Heparin and its derivatives in the treatment of arterial thrombosis: a review 

https://doi.org/10.17221/3014-VETMEDCitation:Dvorak M., Vlasin M., Dvorakova M., Rauser P., Lexmaulova L., Gregor Z., Staffa R. (2010):  Heparin and its derivatives in the treatment of arterial thrombosis: a review . Veterinarni Medicina, 55: 523-546.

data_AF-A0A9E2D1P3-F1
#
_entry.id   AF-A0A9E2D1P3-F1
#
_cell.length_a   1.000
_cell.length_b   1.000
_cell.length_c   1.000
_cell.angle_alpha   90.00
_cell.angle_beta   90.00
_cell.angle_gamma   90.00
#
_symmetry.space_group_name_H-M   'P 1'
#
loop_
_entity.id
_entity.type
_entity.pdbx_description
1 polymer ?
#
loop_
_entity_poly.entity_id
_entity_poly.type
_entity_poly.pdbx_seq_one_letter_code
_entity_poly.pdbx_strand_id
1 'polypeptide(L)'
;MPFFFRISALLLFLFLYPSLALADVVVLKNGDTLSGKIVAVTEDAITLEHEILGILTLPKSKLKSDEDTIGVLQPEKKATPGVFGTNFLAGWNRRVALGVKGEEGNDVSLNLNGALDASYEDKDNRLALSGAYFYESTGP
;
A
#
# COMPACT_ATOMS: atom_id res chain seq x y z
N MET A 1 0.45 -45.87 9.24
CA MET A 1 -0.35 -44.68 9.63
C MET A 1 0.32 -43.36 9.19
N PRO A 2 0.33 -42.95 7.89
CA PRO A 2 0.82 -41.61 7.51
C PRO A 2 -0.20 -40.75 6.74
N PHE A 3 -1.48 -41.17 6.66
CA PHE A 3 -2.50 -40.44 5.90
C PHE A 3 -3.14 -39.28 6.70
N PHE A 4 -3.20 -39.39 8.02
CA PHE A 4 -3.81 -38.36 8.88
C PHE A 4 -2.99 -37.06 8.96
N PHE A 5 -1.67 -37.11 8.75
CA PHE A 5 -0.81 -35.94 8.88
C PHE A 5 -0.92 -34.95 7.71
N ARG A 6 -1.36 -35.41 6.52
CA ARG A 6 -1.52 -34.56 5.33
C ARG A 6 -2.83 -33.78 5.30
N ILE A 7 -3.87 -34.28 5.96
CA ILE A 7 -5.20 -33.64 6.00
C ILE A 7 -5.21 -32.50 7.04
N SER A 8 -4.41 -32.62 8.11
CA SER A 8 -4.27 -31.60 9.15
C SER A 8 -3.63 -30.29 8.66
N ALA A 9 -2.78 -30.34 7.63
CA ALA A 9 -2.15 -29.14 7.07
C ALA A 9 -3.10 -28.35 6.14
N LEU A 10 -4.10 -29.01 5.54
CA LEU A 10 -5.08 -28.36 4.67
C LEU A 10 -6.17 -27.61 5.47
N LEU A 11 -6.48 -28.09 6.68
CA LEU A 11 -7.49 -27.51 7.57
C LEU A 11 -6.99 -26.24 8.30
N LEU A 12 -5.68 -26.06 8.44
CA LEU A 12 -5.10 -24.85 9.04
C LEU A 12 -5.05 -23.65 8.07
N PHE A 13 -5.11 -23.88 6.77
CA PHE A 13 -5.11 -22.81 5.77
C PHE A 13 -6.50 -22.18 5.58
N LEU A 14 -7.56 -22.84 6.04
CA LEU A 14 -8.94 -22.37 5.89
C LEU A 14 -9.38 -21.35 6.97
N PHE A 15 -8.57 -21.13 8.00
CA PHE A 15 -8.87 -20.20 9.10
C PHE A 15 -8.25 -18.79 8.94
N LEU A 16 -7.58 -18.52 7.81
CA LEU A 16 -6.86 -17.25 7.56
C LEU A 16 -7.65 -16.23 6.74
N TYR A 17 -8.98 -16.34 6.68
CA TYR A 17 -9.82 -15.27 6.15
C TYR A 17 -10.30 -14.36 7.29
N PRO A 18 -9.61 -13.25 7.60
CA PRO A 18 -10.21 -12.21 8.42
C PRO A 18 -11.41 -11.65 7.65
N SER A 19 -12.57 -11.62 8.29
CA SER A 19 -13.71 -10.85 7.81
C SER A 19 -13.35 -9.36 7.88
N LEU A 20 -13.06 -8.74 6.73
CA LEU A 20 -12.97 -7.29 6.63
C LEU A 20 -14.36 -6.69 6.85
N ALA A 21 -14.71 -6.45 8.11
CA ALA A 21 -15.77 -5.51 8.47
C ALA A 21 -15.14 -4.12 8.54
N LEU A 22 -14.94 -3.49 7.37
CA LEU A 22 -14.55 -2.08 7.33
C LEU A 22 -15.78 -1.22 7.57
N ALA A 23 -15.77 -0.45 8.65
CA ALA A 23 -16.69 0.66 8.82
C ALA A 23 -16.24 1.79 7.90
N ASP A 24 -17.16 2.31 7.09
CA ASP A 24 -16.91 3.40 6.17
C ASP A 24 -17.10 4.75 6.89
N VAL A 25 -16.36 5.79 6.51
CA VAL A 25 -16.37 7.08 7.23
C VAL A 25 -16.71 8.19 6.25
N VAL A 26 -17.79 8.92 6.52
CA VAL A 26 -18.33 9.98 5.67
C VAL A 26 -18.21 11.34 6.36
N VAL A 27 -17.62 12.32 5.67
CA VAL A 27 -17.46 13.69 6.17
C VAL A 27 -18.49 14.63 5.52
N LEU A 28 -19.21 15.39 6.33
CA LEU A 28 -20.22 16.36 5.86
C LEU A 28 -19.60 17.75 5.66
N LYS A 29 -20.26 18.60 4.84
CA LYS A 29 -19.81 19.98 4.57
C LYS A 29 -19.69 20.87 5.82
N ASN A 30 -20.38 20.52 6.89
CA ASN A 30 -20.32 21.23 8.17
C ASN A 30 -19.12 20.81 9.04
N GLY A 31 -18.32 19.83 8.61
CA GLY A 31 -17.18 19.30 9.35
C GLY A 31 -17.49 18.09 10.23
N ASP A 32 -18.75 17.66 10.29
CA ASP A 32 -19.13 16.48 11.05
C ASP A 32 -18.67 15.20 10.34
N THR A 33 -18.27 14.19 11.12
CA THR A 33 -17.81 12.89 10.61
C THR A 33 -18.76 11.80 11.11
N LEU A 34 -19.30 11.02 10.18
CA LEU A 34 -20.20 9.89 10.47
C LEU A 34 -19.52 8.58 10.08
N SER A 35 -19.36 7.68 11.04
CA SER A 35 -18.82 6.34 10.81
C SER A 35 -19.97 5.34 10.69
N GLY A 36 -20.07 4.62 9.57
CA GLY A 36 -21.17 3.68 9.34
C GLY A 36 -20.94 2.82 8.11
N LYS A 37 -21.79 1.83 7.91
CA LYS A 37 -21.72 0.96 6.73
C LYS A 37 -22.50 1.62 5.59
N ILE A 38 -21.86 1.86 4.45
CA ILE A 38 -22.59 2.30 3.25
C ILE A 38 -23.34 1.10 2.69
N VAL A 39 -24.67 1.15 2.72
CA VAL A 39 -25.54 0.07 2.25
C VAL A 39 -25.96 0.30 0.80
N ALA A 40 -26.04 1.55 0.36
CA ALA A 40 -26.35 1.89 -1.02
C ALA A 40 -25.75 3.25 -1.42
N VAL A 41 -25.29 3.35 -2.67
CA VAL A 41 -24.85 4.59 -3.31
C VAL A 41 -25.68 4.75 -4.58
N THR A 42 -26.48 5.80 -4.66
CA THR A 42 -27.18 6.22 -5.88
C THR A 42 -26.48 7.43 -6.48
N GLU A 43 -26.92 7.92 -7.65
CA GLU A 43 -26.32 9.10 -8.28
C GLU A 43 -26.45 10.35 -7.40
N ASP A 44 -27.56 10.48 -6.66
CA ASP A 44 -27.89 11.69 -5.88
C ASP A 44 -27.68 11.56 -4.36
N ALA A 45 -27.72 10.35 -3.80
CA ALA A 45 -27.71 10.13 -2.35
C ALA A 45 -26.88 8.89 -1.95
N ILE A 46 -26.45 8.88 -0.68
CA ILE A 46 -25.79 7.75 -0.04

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Arterial occlusion due to thrombosis caused by ruptured atherosclerotic plaques (Baba et al., 1975) has been recognized as a major cause of morbidity and mortality in western populations. Thrombosis may occur in various sections of arterial circulation, peripheral arteries of the limbs, coronary arteries, brain arteries, or both major and minor vessels within the abdominal cavity. The ultimate consequence is varying degrees of organ failure, mostly of ischemic origin. Arterial thrombosis represents a continuous problem, debilitating patients and decreasing their quality of life. Moreover, along with chronic heart failure, it can significantly decrease patient life expectancy. Arterial thrombosis results in ischemia, with serious systemic consequences, such as metabolic breakdown. The major goal of treatment remains fast and efficient recanalization – surgical, interventional or thrombolytic. To be able to prevent acute reocclusion with severe consequences (rhabdomyolysis, compartment syndrome, excessive tissue necrosis leading to limb amputation, etc.), several adjunctive treatment regimens have been advocated. Among others, thrombin inhibitors and platelet inhibitors have been widely used for both prophylaxis and adjunctive treatment. Direct thrombin inhibitors and antithrombin stimulators have been recognized as typical antithrombotic drugs. Direct (antithrombin-independent) thrombin inhibitors can be divided into two main categories: monovalent, active site inhibitors (argatroban, efegatran, inovastan, melagatran) and bivalent (hirudin, hirugen, hirulog, bivalirudin), while antithrombin stimulators represent standard (unfractionated) heparin (UFH) and its depolymerizing products – low molecular weight heparins (LMWH's). Recently, a clear change in the main use of heparin, as well as low-molecular weight heparins has been advocated representing a shift from treatment and prophylaxis of deep vein thrombosis to prophylaxis of thromboembolic disease following vascular, cardiovascular or orthopedic surgery, treatment of unstable angina and prevention of acute myocardial infarction. The main effect of heparins lies in their anticoagulant activity. Heparins are involved in different pathways of the coagulation cascade with anticoagulant, antithrombotic, profibrinolytic, anti-aggregative, as well as anti-inflammatory effects. Moreover, there is a little doubt about their anti-proliferative and anti-ischemic activity (Penka and Bulikova, 2006). Unlike standard heparin, low-molecular weight heparins do not affect the patient's general coagulation profile. Obviously, the difference in molecular weight results in different pharmacokinetic and pharmacodynamic properties of the agents.
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